Pinter and Beckett at the Crease
“Do you subscribe to nominative determinism? “
Stumped is the perfect material for Shomit Dutta who in the early 2000s was playing cricket for Harold Pinter’s team the Gaieties Cricket Club and studying for a D.Phil at Oxford on the plays of Aristophanes. So for a fusion of two passions, cricket and playwriting.
The repartee between the two dramatists, Pinter (Andrew Lancel) known for his sarcastic and vitriolic wit and Beckett (Stephen Tompkinson) for his absurdist plays, is singular and compulsive viewing. We sense in the opening scene they don’t like each other very much but the next twenty four hours will give them a bond. After all, Pinter was fed up being called the poor man’s Samuel Beckett or the English Samuel Beckett but he did say that Beckett was, “the greatest writer of our time.” The two men had met in Paris in the 1950s.
Dutta’s two man play starts at a cricket match in the mid 1960s, in the rural Cotswolds where Beckett is padded up waiting to bat and Pinter is complaining about a swollen ankle and very slow in putting on his pads. Beckett is filling out the scorebook and taking care of the flip over score board.
Beckett alludes to Oedipus which means swollen foot in Greek and Pinter tells us when he played Creon. Pinter explains that his foot saved four runs and Beckett parodies, “the crack of leather on bone” from the description of the sound of cricket being “the crack of leather on willow”.
Dutta’s play is rich in cricketing metaphor with enough theatrical references to please a non-cricket playing audience but how much better is Stumped when you can appreciate both the sport and the drama.
There is no question that we are listening to two highly intelligent and accomplished men and the playwright has captured the individual style of each. Beckett is often taciturn, he reveals a play of his is called “Play” and a film script he has been writing is called “Film”. These answers to Pinter annoy Pinter but make us laugh.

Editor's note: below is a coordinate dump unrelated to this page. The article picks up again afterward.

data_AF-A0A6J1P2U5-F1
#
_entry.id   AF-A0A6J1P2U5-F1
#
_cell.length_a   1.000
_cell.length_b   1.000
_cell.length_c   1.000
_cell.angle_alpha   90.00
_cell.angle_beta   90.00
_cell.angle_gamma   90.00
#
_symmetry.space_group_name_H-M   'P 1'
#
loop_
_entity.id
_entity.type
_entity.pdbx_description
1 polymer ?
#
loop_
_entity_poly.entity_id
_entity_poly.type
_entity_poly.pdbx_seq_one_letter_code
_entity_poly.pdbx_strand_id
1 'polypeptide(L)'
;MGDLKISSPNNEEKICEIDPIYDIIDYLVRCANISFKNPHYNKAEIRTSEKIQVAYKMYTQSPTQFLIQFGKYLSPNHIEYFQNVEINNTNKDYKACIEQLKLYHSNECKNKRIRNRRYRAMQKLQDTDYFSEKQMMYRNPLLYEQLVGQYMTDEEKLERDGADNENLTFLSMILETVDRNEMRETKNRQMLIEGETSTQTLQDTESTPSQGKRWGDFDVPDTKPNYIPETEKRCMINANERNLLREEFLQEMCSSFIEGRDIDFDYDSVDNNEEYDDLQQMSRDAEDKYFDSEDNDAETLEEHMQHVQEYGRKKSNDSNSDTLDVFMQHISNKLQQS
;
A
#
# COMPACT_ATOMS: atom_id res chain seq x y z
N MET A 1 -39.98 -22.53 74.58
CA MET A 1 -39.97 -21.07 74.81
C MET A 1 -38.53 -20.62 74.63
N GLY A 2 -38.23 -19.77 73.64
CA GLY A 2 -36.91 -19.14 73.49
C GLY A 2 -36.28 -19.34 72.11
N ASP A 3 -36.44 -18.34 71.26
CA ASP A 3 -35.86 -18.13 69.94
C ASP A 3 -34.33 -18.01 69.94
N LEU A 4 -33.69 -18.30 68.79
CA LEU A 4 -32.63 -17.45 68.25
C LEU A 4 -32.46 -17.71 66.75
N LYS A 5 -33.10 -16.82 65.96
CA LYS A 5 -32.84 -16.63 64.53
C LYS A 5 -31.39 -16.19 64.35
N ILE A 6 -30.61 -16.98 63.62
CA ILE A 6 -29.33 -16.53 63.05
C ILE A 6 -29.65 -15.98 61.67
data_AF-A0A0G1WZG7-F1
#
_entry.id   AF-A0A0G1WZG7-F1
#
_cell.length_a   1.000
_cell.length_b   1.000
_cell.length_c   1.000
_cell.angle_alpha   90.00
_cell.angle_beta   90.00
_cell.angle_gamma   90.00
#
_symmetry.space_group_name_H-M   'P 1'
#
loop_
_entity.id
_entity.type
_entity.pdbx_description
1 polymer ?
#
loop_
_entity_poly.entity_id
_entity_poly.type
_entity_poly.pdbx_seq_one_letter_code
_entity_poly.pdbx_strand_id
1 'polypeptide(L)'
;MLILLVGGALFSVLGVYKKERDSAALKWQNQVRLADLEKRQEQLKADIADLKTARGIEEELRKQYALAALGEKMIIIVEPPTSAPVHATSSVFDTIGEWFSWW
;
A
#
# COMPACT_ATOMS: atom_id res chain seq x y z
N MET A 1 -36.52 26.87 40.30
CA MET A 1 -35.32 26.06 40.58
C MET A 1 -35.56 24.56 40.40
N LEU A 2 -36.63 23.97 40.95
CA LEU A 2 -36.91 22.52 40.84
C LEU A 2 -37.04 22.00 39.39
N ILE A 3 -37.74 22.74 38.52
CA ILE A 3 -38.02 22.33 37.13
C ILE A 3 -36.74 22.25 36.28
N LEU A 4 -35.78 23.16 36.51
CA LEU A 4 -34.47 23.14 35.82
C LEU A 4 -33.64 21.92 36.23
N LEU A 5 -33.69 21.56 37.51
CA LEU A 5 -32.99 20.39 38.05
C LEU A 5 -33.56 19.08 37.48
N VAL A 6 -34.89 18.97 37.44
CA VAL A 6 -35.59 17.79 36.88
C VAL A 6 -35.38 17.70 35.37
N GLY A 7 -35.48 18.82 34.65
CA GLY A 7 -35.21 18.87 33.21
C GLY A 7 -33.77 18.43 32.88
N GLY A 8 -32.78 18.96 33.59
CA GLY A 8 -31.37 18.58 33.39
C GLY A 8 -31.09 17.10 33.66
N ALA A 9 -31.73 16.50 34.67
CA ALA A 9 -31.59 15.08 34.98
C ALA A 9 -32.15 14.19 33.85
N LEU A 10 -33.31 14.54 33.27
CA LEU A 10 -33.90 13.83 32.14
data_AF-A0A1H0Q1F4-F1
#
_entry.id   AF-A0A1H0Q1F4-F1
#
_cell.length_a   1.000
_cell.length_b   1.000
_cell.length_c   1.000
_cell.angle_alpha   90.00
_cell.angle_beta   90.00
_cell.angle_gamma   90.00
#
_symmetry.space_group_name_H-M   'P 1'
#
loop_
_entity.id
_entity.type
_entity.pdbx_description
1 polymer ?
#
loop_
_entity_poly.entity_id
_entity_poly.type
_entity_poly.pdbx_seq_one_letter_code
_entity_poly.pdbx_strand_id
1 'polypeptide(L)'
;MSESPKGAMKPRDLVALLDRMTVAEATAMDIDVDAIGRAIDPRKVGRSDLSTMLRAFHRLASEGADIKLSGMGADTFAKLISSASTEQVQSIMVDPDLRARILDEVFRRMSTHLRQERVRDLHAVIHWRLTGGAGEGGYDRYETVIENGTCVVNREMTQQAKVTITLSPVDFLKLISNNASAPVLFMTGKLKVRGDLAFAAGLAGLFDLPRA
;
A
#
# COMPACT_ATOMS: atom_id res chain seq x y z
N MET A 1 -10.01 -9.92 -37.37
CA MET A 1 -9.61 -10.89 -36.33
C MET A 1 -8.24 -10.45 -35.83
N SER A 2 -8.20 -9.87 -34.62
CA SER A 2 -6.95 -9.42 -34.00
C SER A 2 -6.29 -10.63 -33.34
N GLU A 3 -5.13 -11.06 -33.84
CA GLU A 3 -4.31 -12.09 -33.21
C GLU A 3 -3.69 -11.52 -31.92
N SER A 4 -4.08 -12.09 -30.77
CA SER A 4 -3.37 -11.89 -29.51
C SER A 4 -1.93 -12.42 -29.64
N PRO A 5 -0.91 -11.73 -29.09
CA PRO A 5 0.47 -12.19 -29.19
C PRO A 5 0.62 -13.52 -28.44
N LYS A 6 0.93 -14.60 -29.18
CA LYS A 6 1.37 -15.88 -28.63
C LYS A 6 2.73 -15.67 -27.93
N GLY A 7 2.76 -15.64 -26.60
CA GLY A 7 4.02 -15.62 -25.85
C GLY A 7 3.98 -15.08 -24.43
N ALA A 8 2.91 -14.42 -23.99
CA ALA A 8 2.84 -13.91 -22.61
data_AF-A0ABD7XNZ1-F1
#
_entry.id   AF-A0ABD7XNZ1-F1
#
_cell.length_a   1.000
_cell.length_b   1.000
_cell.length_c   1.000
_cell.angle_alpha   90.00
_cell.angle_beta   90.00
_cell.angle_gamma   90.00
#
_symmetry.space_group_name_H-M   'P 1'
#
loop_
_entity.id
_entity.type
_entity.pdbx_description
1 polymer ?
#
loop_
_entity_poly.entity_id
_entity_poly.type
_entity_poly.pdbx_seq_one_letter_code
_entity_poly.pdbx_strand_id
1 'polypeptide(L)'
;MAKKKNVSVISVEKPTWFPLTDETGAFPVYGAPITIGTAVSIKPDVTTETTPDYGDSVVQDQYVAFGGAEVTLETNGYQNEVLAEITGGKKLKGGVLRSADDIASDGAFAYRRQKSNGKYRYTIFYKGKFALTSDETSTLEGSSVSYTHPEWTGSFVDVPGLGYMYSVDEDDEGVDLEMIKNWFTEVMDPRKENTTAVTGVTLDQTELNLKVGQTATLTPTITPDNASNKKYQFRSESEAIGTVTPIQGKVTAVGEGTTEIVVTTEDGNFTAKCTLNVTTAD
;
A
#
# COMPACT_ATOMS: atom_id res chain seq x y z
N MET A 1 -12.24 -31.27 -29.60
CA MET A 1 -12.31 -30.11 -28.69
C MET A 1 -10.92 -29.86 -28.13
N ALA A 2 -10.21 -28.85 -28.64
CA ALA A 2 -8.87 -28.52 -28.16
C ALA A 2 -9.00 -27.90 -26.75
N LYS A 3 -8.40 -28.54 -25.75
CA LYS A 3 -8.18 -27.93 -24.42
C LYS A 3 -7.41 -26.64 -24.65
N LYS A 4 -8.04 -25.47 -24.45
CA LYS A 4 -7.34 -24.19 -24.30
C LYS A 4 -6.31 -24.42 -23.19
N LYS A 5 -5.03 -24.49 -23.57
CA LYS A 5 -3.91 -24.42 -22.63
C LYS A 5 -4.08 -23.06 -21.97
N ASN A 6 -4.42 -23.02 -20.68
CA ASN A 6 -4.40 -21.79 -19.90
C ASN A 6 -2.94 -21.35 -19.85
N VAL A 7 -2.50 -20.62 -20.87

The arrangements for getting back to London from the Cotswolds are, at best, vague. The team skipper has been spoken to about getting a lift but they have no name of the driver and Beckett suggests calling him Doggo. So we have a situation, “Waiting for Doggo”.
I shall not reveal anymore of the plot, except to say that both men will enter the batting and after Pinter’s confusing miscall to the other Batsman, of “Yes!” followed by “No!” followed by “Wait!” resulting in the other chap being run out, there may be repercussions.
Both actors have captured the playwrights well, Beckett almost philosophical and an erudite classicist and Pinter overtly confident but with insecurities starting to show.
To add to the mystery of the drama, designer David Woodhead has placed the men in front of a picture frame showing first a small cricket pavilion, then a willow tree and finally the men find themselves inside the picture frame at a railway station where the timetable has been erased and no-one has any idea which platform is which and what direction the trains might go in. The backdrop is a painted blue with impressionistic, cloud like haze.
This is exactly the kind of play Hampstead needs – you can even walk from Lords Cricket Ground.
I highly recommend Shomit Dutta’s play for its comic moments, the characterisation and the approachable absurdity of the situation. Don’t miss this catch!
Written by Shomit Dutta
Directed by Guy Unsworth
Director: Guy Unsworth
Designer: David Woodhead
Lighting Designer: Howard Hudson
Sound Designer: Dominic Bilkey
Composer: Mark Aspinall
Running Time: One hour 15 minutes without an interval
Booking to 22nd July 2023